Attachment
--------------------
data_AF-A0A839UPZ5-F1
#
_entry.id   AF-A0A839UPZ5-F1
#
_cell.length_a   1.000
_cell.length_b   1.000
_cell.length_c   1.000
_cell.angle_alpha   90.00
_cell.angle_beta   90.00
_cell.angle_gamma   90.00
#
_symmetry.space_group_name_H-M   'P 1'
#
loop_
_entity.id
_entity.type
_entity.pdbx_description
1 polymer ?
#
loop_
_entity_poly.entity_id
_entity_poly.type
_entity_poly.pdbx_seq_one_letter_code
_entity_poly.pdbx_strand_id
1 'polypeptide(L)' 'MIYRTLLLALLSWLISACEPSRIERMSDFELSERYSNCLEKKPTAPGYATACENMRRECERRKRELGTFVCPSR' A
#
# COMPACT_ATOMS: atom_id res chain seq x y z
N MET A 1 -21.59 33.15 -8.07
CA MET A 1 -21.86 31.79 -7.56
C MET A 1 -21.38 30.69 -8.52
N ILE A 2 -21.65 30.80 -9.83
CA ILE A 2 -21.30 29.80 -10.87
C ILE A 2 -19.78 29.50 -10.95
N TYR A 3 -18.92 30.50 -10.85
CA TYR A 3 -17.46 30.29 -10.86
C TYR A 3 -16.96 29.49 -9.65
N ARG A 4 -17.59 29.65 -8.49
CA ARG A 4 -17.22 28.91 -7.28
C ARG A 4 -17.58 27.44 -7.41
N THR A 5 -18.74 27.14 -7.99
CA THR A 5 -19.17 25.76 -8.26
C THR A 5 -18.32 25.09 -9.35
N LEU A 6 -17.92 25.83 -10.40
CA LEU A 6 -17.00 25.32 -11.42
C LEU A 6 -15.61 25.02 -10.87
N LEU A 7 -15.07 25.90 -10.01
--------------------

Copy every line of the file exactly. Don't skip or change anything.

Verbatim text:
data_AF-A0A839UPZ5-F1
#
_entry.id   AF-A0A839UPZ5-F1
#
_cell.length_a   1.000
_cell.length_b   1.000
_cell.length_c   1.000
_cell.angle_alpha   90.00
_cell.angle_beta   90.00
_cell.angle_gamma   90.00
#
_symmetry.space_group_name_H-M   'P 1'
#
loop_
_entity.id
_entity.type
_entity.pdbx_description
1 polymer ?
#
loop_
_entity_poly.entity_id
_entity_poly.type
_entity_poly.pdbx_seq_one_letter_code
_entity_poly.pdbx_strand_id
1 'polypeptide(L)' 'MIYRTLLLALLSWLISACEPSRIERMSDFELSERYSNCLEKKPTAPGYATACENMRRECERRKRELGTFVCPSR' A
#
# COMPACT_ATOMS: atom_id res chain seq x y z
N MET A 1 -21.59 33.15 -8.07
CA MET A 1 -21.86 31.79 -7.56
C MET A 1 -21.38 30.69 -8.52
N ILE A 2 -21.65 30.80 -9.83
CA ILE A 2 -21.30 29.80 -10.87
C ILE A 2 -19.78 29.50 -10.95
N TYR A 3 -18.92 30.50 -10.85
CA TYR A 3 -17.46 30.29 -10.86
C TYR A 3 -16.96 29.49 -9.65
N ARG A 4 -17.59 29.65 -8.49
CA ARG A 4 -17.22 28.91 -7.28
C ARG A 4 -17.58 27.44 -7.41
N THR A 5 -18.74 27.14 -7.99
CA THR A 5 -19.17 25.76 -8.26
C THR A 5 -18.32 25.09 -9.35
N LEU A 6 -17.92 25.83 -10.40
CA LEU A 6 -17.00 25.32 -11.42
C LEU A 6 -15.61 25.02 -10.87
N LEU A 7 -15.07 25.90 -10.01